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Just like ICQ has an ID for every user which is unique, imagine if
every website had a unique ID number which you could jump to immediately
via any search engine.
Better than URL's since they change. ID's would be registered, so if
someone else used your ID, the central body would report violations...
(?) Uniform Resource Names (URN)
Names are better than numbers. They're called URNs. They haven't caught on yet. [egnor, Mar 27 2000, last modified Oct 17 2004]
Cool URIs don't change
Tim Berners-Lee's rant on the topic. It's not like URLs have to change. ``A cool URI is one which does not change.'' [egnor, Mar 27 2000, last modified Oct 17 2004]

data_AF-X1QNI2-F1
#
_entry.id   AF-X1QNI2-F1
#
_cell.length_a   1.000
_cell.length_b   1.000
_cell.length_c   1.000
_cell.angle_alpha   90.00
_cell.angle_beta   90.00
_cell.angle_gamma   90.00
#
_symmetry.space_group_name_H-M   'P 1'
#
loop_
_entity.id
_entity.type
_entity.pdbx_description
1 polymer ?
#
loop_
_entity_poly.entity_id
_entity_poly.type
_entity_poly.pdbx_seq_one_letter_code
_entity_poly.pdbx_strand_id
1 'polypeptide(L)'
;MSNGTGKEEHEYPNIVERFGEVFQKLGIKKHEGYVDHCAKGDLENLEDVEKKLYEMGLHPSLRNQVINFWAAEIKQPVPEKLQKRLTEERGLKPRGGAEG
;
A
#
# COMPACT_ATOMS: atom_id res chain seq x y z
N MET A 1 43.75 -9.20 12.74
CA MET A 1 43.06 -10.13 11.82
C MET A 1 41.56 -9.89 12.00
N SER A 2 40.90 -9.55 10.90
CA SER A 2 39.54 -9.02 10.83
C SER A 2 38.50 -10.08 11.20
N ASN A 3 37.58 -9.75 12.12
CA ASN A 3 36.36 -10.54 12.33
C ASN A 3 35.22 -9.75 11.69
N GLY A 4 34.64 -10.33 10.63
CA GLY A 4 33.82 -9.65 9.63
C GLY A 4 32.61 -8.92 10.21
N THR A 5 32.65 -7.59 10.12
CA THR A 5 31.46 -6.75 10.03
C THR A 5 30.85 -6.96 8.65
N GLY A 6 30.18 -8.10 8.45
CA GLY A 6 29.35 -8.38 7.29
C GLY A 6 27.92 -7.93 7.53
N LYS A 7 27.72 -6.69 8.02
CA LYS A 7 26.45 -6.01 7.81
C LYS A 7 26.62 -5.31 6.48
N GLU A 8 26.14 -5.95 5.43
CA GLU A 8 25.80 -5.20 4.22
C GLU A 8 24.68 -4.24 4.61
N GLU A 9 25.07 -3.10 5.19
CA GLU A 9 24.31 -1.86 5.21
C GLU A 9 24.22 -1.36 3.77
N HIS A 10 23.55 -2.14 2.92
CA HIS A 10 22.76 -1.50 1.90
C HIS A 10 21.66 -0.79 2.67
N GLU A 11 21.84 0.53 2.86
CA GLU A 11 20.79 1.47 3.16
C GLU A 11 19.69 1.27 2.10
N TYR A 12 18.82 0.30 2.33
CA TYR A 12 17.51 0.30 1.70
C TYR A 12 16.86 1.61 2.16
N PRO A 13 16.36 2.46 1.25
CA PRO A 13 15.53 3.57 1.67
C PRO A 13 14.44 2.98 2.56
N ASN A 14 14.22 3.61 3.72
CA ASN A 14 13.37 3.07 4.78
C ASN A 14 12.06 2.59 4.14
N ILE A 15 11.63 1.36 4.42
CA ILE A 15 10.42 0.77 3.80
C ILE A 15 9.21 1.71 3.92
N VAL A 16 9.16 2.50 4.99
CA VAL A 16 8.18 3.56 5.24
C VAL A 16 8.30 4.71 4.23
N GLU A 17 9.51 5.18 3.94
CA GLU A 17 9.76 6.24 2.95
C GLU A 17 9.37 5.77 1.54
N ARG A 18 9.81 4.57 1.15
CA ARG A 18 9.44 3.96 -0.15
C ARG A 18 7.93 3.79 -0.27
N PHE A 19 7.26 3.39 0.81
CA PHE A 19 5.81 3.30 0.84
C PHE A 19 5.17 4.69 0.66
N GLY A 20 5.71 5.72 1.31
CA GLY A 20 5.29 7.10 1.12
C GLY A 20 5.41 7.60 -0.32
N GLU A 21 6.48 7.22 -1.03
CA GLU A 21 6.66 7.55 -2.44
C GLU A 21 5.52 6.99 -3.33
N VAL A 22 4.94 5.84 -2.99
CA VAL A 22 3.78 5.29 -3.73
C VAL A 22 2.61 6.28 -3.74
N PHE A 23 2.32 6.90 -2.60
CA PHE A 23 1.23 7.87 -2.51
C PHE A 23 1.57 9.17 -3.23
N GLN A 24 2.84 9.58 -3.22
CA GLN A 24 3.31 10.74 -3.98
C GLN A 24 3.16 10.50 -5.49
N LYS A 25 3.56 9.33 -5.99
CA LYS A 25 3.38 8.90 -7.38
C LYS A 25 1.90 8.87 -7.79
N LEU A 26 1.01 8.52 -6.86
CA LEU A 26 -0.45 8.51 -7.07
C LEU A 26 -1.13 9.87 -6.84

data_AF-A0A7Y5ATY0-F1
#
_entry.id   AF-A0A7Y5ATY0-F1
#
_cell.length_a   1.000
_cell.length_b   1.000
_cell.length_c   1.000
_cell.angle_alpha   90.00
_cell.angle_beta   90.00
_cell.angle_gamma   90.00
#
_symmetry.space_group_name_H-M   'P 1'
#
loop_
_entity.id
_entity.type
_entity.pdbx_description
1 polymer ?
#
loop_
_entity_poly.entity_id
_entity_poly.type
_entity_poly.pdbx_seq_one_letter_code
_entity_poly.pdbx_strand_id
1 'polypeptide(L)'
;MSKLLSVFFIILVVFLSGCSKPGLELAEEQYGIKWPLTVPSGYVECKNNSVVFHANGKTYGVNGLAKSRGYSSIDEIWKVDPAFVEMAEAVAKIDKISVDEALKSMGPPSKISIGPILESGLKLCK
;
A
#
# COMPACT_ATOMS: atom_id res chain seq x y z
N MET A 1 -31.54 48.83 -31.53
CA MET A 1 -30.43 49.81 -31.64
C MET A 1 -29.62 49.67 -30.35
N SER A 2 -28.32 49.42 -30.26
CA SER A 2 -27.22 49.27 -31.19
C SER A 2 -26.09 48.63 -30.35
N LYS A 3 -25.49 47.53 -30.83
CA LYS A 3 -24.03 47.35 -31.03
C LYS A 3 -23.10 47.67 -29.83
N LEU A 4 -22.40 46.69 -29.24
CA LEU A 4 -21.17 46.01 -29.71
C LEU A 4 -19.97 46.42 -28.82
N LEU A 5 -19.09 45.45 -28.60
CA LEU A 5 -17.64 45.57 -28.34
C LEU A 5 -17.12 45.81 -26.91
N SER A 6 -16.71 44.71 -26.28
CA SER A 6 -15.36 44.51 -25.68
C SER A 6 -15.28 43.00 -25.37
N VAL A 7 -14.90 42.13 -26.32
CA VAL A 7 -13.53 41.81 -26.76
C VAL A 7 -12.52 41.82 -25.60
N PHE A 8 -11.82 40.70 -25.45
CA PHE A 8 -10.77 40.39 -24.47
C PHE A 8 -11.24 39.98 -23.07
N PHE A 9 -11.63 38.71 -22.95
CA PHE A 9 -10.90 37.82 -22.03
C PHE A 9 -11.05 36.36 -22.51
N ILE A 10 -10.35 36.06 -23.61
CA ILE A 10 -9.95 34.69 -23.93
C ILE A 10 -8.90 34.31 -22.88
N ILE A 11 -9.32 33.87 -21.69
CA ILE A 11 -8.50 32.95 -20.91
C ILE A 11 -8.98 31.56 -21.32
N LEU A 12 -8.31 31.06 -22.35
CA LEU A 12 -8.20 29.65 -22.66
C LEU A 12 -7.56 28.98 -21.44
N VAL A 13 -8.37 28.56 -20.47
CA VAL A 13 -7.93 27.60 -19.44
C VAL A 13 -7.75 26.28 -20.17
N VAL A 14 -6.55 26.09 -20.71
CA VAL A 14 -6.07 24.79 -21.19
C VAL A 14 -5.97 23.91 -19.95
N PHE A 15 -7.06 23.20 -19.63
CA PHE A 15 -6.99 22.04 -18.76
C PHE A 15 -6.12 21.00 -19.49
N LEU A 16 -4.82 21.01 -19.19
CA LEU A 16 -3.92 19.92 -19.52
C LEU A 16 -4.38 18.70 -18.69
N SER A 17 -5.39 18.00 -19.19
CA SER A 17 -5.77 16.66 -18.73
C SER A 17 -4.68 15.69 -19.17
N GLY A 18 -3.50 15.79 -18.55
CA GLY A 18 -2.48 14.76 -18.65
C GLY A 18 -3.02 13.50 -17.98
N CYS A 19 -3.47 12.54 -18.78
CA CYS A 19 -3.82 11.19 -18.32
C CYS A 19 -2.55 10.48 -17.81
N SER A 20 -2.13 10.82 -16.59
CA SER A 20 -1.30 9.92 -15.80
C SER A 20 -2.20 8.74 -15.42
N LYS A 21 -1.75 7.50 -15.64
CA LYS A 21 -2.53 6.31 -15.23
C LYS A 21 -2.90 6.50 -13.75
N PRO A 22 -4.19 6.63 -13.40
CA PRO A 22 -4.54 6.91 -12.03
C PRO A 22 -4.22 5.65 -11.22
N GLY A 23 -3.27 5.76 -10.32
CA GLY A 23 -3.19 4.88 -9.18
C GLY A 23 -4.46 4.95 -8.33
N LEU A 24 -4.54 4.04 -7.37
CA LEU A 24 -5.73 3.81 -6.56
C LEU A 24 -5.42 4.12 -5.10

``Internet Keywords'': another attempt at a central registry for persistent, non-URL Web site identifiers that search engines recognize. Also a failure. [egnor, Mar 27 2000, last modified Oct 17 2004]
See? It already works [hippo, Mar 27 2000, last modified Oct 17 2004]
This site converts any domain name into a single 32-bit number, as above. [hippo, Mar 27 2000, last modified Oct 17 2004]
Numbers are better than names, if all you have is a keypad. Here's yet another central registry trying to cash in on that. [jutta, Mar 27 2000]
||The 32bit int trick only works on some DNS resolvers. Unfortunately, the Mac suffers from an inability to resolve those.
||this is what ip addresses are.
||Real kids don't say "Please"
||I see the value in owning IDs: unlike domains that get lost because of
not paying fees, these IDs would be virtually free forever. The question is
still the cost: supporting current DNS system comes at a cost, and
having an index of IDs would also come at a cost of reliably storing that
||//The question is still the cost//